Tuesday, October 30, 2007

Hillary Keeps On Keeping On, Is Obama Arabic For Dukakis?

Before I start this ramble, let me say that I have not yet picked a favorite in the Democratic nomination. Recent events have me leaning for Senator Clinton, but I'm not all the way there yet by a long shot.

Marc Ambinder blogs for The Atlantic, and today he posted about an aspect of the horserace which casts Senator Clinton in a positive light.
Another two weeks, another impressive navigation through ever-trickier waters. Hillary Rodham Clinton now has nine serious opponents -- four on the Democratic side (only Bill Richardson isn't making a compelling case against her right now) and five on the Republican side (counting Mike Huckabee).
One reason Bill Clinton is regarded so fondly by Democrats, and conversely is so detested by the right, is that he did not fold in the face of the Republican slime operation. Now his wife is proving her mettle when it comes to taking the heat, and Senator Clinton to this point has proven very durable.

If Senator Clinton wins the nomination despite the months of attacks by everyone in the race, including Democrats, what better testament can there be of her tenacity in a campaign? There is no other personality out there taking the heat she is, and she is not just surviving, but she seems to be thriving.

This leads me to the reflections of Talking Points Memo reader KB:
Why are the republican presidential candidates the only ones going after their opposite numbers in the other party?

Rudy and the gang have gleefully used Clinton, and to a lesser extent Obama and Edwards, as foils and rhetorical ploys in their daily campaigning. But the Democrats running for President never name any of the Republican candidates. Obama could gain serious points by going after Rudy and his wacky team of neocon advisors. Why not do it? What does he have to lose? It would at least put Clinton on the defensive about Iran and force her to comment on the latest Podhoretz nonsense.

It leads to a larger question: at this late date, after all that has happened in Iraq, why are the neocons not on the defensive within the context of this presidential season? Given current public opinion polling, the neocons should be hiding under a rock, and the Democratic candidates for president should be the ones who put them there.
I know that Clinton could score some major points with the left by slamming around Rudy and the gang... but does she really need to at this point? Senator Clinton is doing fine, so why fix it if it's not broken. For everything there is a season, and Senator Clinton has demonstrated enough of a knack for campaigning that I'm certain she will take those shots when it is best that she do so.

I think the candidate who needs to get the gumption to take on the Republican frontrunners by name is Barack Obama. In fact, Senator Obama has been handed an issue which is ready made for him to show some backbone and fight on. The Republican nominees, and Mitt Romney in particular, have made a point of repeatedly "mistaking" Obama's name with Osama Bin Laden's name. The last time this happened Mitt Romney extensively paraphrased a position taken by Osama Bin Laden and repeatedly labeled that position as coming from Obama. In fact Romney actually had to (mis)correct himself from originally getting the name right to mistaking the name and sliming Obama.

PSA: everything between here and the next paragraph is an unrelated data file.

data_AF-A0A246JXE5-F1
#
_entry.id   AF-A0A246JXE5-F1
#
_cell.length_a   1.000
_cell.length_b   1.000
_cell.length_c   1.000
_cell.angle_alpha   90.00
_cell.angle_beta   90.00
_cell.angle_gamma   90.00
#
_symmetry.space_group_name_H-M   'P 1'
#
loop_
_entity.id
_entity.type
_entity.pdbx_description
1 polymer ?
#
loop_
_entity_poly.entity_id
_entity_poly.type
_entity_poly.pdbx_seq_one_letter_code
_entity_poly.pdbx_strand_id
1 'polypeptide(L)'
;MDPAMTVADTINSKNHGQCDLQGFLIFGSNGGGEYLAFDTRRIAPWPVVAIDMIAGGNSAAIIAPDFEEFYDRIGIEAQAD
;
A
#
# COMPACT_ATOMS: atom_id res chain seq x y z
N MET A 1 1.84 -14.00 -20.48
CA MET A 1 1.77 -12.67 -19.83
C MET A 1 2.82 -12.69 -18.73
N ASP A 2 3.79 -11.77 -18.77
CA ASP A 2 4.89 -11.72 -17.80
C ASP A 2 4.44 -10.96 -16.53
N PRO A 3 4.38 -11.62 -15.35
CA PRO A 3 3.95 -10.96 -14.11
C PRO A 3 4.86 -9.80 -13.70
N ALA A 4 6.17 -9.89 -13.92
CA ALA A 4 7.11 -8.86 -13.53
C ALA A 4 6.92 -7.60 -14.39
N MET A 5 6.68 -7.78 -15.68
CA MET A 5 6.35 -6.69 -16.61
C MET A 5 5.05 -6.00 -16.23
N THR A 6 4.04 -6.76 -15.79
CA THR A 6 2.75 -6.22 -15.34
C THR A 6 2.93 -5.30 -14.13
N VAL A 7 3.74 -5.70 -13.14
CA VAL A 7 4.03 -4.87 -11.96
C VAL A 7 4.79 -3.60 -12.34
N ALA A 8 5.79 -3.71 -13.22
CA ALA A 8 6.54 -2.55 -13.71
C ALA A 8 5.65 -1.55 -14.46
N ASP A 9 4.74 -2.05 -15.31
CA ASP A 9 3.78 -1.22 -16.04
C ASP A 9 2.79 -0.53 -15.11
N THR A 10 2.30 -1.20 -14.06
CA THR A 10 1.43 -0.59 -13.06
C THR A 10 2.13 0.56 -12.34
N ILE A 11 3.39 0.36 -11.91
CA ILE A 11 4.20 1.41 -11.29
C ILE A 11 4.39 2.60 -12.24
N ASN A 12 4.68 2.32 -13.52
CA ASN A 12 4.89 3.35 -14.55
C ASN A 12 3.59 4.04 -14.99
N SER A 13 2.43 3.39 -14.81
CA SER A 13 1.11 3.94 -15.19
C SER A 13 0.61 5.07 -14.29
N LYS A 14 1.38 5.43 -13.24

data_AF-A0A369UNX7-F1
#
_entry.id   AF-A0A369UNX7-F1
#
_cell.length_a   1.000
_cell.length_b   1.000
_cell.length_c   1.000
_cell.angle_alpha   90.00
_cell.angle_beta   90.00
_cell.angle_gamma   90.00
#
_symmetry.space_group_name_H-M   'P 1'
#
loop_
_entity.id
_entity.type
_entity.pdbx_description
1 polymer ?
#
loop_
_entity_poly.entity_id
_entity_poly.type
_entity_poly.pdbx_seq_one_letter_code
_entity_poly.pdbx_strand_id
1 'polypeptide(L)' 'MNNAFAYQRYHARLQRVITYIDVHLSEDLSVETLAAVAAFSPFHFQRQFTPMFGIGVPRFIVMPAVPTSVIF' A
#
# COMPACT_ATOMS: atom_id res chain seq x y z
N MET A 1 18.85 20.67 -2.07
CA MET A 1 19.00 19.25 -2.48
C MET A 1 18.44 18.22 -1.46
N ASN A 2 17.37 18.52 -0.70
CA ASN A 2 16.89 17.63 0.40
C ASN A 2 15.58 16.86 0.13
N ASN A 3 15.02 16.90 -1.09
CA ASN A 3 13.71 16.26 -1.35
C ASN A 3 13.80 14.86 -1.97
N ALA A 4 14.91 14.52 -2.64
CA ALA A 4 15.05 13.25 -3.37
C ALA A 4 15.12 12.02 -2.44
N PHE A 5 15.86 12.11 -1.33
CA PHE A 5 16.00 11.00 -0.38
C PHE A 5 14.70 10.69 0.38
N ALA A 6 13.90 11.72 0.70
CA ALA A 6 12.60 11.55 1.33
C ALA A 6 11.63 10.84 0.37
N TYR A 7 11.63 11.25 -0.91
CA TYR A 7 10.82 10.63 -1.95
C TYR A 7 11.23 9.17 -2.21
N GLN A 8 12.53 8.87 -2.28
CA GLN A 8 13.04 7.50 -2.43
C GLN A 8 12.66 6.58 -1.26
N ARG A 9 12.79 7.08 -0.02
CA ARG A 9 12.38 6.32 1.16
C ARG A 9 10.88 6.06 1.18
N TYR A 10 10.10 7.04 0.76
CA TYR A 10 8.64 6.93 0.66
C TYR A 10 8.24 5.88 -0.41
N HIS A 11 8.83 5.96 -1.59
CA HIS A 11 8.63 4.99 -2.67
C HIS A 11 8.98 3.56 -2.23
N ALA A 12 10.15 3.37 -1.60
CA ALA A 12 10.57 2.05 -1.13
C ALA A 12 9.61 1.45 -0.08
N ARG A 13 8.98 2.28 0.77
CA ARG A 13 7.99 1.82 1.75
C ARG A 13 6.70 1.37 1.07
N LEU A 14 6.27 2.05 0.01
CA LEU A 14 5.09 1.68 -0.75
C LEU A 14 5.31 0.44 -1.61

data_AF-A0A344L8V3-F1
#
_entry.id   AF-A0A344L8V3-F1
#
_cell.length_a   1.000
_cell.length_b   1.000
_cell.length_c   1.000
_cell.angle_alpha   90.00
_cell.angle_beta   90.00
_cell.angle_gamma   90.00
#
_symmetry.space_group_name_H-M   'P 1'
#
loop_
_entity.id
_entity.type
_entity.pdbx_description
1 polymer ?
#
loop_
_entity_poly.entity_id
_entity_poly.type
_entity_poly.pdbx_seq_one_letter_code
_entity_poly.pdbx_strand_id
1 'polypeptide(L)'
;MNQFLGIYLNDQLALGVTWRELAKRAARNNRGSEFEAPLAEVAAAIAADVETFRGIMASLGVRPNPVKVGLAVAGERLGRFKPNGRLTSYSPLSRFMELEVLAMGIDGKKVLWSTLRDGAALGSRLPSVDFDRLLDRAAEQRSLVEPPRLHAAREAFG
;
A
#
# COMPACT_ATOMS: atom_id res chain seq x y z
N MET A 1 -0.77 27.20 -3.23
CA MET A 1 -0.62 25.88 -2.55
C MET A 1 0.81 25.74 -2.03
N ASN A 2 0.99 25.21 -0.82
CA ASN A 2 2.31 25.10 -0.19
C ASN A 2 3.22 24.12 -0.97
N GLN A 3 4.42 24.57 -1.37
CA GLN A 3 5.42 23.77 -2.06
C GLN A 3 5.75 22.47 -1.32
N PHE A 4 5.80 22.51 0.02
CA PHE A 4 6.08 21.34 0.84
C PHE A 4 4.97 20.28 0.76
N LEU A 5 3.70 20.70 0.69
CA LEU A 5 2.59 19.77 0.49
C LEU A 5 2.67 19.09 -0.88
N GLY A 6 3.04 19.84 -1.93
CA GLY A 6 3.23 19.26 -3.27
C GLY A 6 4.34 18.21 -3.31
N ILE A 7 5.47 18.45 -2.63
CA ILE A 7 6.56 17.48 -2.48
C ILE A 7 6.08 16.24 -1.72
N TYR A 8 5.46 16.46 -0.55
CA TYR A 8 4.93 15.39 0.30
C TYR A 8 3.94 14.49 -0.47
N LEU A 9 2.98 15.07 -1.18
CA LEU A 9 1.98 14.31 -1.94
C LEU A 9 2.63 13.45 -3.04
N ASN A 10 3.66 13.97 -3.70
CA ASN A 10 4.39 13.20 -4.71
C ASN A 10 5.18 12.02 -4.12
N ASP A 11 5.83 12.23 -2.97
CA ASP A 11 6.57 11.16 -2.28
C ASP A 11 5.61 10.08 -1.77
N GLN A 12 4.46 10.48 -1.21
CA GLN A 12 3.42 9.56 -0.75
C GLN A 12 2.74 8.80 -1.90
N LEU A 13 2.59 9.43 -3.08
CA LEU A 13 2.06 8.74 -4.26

Senator Obama's response to the Romney slander was to say that he did not pay attention to Mitt Romney. If Obama will not fire back at that overt defamation, what sort of provocation will it take to get a decent reaction out of him? Obama's reaction reminded me of the '88 campaign, when Bernard Shaw started a debate by asking Michael Dukakis if his wife were raped and murdered by some perp, would Dukakis still oppose the death penalty? Dukakis gave an ideologically correct talking points answer which would have made a typical robot seem emotional by comparison. That unemotional, highly intelligent, technical approach defined Dukakis, who would have made an absolutely fantastic President, but was a decided failure as a campaigner.

Senator Obama only cemented this perception on my part by announcing for the record that he was about to take the gloves off and go after Hillary. Then he released a campaign commercial which indirectly challenged her on Social Security, and featured Obama giving a litany of what fores and where nots on Social Security. That is the best Senator Obama can do when it comes to going after Senator Clinton? I'm as unimpressed with the promised tough Obama as I was with the dismissive Obama in the face of Romney's smears.

So based upon the events of the last couple of weeks, I find myself being drawn to the candidacy of Senator Clinton, if for no other reason than that she is showing the ability to take the heat and thrive for the experience. I am not ruling out supporting any other candidates, but someone else needs to be able to present a viable challenge and show some gumption while taking heat.

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